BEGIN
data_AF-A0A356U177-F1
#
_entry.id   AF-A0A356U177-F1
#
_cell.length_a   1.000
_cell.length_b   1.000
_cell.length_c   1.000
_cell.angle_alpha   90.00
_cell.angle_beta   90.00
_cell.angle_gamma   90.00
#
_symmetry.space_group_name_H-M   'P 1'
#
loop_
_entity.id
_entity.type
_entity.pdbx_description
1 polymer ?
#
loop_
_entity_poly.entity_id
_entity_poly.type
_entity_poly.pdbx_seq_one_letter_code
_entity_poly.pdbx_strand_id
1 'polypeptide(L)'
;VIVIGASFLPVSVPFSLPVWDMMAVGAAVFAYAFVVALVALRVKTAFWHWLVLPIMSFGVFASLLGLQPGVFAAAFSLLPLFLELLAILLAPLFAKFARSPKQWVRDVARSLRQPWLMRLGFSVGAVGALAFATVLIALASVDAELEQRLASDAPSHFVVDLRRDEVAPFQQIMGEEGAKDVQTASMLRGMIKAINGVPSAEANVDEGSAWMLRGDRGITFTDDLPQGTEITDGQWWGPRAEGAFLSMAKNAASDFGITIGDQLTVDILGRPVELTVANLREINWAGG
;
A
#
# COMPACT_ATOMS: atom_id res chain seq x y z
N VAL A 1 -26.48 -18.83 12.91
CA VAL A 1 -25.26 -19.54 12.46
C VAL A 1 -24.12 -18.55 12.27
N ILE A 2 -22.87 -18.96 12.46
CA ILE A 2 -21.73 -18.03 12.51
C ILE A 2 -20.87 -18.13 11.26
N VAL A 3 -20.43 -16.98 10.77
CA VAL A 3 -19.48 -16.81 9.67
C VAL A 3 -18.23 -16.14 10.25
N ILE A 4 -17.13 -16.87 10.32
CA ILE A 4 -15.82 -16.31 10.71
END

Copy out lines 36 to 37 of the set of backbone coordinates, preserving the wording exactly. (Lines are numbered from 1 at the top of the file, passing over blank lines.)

C ILE A 2 -20.87 -18.13 11.26
N VAL A 3 -20.43 -16.98 10.77